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Blue Blood and Mutiny: The Fight for the Soul of Morgan Stanley Paperback – October 21, 2008
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About the Author
Patricia Beard is the author of After the Ball and hundreds of national magazine articles. She has been an editor at Elle, Town & Country, and Mirabella. Beard lives in upstate New York.
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Top Customer Reviews
Eight "advisory directors," retired and respected former partners, set out to rescue Morgan Stanley and restore its name and culture. Called the "Group of Eight" and sometimes the "Eight Grumpy Old Men" they take a stand for old-fashioned business values.
Blue Blood and Mutiny reads like a novel. And it delivers an important message to business-ethical behavior, hard work and understanding of business fundamentals are more important and more beneficial than the gimmick-riden pursuit of a higher bottom line. This real life story will be the textbook case study in value driven management.
When Morgan Stanley and Dean Witter merged in 1997, it invited a clash of corporate culture. The architects of the merger responded to these concerns by pointing out that Morgan Stanley had absorbed a large number of new employees in the 1980s when, and after, it went public.
While training is meant primarily to provide skills to an employee for his next assignment, other lessons were informally delivered. Everyone sees the manager wearing a suit jacket for any trip outside the office, but inside the four walls the attire is shirt and tie, sans jacket. Then one day, an off the cuff remark is made explaining that this is no accident. These lessons in corporate refinement at MS were not part of Dean Witter.
Cited as a merger of equals, the marriage of Dean Witter and MS never operated as such. John Mack expected Philip Purcell to cede control of the company after a short stint as CEO. Instead, he forced many senior MS executives out of the company. Some remaining employees felt the hand-picked replacements were solely based on their loyalty to Purcell - damn their qualifications.
There's an old Wall Street saying that goes, 'If you want risk, take the A train.' Purcell and some of his Dean Witter executives lived by this maxim by avoiding risk at all costs. The Morgan Stanley culture realized that risk could be managed, and maybe quite well by working better and smarter - thus resulting in greater profits.Read more ›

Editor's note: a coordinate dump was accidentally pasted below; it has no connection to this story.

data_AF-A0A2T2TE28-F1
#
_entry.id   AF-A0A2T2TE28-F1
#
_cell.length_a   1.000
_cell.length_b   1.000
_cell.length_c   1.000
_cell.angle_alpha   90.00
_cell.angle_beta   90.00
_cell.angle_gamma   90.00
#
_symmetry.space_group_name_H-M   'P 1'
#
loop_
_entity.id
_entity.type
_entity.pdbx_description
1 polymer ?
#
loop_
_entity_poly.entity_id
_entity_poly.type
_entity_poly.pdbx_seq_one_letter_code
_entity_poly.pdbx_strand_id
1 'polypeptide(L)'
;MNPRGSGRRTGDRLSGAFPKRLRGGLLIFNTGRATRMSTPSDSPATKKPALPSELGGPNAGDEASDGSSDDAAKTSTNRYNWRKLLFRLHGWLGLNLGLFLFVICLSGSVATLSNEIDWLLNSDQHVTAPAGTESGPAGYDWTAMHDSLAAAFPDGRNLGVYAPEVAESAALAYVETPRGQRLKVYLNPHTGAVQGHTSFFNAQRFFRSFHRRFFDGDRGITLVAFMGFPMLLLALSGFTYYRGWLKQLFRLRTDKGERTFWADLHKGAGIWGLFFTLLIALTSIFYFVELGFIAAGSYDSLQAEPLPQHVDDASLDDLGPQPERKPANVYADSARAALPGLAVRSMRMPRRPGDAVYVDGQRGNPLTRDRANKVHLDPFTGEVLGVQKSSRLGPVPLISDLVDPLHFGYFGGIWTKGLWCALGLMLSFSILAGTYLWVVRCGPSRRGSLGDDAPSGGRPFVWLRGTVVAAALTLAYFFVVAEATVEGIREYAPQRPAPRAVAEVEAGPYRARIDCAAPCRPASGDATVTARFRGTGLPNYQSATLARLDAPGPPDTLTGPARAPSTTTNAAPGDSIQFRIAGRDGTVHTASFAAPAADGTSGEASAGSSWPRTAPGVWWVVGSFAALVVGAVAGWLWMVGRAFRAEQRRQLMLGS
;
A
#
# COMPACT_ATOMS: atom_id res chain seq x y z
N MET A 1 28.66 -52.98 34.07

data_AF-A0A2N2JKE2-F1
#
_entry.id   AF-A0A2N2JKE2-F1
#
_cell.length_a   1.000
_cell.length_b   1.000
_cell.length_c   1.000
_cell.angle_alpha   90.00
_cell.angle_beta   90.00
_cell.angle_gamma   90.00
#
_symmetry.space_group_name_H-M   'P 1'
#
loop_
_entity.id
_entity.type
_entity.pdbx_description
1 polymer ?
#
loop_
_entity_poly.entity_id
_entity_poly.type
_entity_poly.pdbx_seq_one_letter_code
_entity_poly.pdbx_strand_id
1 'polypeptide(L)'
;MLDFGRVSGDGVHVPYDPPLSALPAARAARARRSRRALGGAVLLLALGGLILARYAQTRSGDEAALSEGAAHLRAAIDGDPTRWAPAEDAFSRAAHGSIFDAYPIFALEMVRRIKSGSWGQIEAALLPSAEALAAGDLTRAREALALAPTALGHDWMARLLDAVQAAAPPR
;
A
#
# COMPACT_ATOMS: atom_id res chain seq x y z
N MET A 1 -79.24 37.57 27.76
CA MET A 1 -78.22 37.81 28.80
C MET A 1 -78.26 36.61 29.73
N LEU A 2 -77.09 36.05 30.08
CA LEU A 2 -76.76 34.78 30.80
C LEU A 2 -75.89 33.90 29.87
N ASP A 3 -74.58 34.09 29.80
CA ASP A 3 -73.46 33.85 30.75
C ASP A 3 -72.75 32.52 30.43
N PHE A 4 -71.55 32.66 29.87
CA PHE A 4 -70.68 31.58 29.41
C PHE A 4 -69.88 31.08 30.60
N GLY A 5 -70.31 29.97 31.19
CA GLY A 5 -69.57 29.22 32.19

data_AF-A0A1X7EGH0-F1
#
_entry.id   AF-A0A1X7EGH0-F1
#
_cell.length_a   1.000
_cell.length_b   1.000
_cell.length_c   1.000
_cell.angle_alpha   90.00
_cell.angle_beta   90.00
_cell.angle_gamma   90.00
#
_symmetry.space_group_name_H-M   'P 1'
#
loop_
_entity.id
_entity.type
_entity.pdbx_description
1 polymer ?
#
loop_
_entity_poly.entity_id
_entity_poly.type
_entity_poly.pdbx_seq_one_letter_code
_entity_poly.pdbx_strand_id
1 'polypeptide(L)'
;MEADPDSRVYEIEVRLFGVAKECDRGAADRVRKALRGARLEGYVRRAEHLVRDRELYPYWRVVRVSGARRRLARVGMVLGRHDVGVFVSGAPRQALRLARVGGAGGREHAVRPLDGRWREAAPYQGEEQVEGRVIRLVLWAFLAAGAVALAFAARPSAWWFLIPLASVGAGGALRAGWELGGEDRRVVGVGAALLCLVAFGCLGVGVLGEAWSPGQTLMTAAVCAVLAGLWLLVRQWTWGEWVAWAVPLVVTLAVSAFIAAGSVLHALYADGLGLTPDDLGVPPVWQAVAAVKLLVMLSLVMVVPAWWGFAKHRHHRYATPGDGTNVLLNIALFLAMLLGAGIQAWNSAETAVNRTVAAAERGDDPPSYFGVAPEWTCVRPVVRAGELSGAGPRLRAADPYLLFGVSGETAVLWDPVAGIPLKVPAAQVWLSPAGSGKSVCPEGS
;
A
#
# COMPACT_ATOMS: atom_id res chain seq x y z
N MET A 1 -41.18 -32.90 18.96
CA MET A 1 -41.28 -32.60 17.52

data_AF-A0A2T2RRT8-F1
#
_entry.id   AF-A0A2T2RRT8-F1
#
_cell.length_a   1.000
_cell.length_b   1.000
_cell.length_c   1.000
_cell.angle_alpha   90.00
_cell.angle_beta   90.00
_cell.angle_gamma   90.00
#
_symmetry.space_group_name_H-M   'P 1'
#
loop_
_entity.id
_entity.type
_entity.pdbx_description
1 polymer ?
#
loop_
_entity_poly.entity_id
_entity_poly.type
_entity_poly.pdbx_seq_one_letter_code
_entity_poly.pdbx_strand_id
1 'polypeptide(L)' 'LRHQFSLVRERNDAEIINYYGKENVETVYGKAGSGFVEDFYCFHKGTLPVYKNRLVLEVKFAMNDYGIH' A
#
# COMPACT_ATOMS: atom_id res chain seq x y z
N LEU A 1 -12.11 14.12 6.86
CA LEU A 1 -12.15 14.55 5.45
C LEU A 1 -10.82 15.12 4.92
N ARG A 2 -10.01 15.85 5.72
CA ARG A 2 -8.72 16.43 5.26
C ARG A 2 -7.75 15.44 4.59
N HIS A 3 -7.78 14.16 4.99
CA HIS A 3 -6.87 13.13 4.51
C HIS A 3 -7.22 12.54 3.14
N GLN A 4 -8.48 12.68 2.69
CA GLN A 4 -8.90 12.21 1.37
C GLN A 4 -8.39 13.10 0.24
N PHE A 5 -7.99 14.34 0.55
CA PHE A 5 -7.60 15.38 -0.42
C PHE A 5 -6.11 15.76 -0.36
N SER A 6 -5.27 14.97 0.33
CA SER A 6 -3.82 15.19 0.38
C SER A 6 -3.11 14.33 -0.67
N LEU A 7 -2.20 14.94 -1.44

Unfortunately, firms such as Morgan Stanley do not own massive producing assets. Their assets are their culture and the employees who walk in and out of the door each day. The culture quickly disintegrates and top level employees start walking out the door to not return. But who will lead the coup? Former managers step back into the mix with first a private campaign but then a very public campaign generating bad press in soap opera like drama.
Ultimately, this drama plays out and order is restored. But an interesting loss to the firm who has reappeared is Vikram Pandit, the current President of Citicorp. He is considered so talented that Citi paid a massive amount of money to buy his fund and roll him in to Citi. With the current credit crisis it's still early to tell if this has been a good hire but with his CFO leaving today in a power struggle it's not looking great.
Overall, a very good, detailed financial book.
Most Recent Customer Reviews
This book is a hatchet job. Not even close to being a balanced account of what happened inside the firm. In many ways history will side with PurcellPublished 9 months ago by Robert Hunt
Gets off to a slow start reviewing the Morgan Stanley history but becomes a page-turner when Beard gets into the effort to oust the CEO.Published 12 months ago by ecotraveler
A deep and wide recount of the Dean Witter merger with Morgan Stanley, the winners, the losers and the fight to bring the Firm back. Read morePublished on January 25, 2013 by Bruce A. Meyer
Beard gives an accurate historical account of the building of Morgan Stanley out of JP Morgan in 1935 before focusing on the worsening direction, culture, and corporate performance... Read morePublished on December 28, 2012 by John D'Alessandro
I'm somewhat disappointed by this book, even though it's well written and well researched. Yes, I learned a lot about the world of finance and the history of Morgan Stanley, but I... Read morePublished on April 28, 2011 by Randy Kadish
Beard's book is an entertaining account of the revolt within Morgan Stanley told from the perspective of the mutineers but would have been a far more interesting story if it were... Read morePublished on December 1, 2010 by Bjorn
Book arrived on time as mentioned. Also the Book was New and In Great Condition.Published on May 23, 2010 by AP
Patricia Beard has done an excellent job chronicling this story, making it a must read for anyone involved in serving on a board of a public or private company. Read morePublished on April 11, 2010 by staceman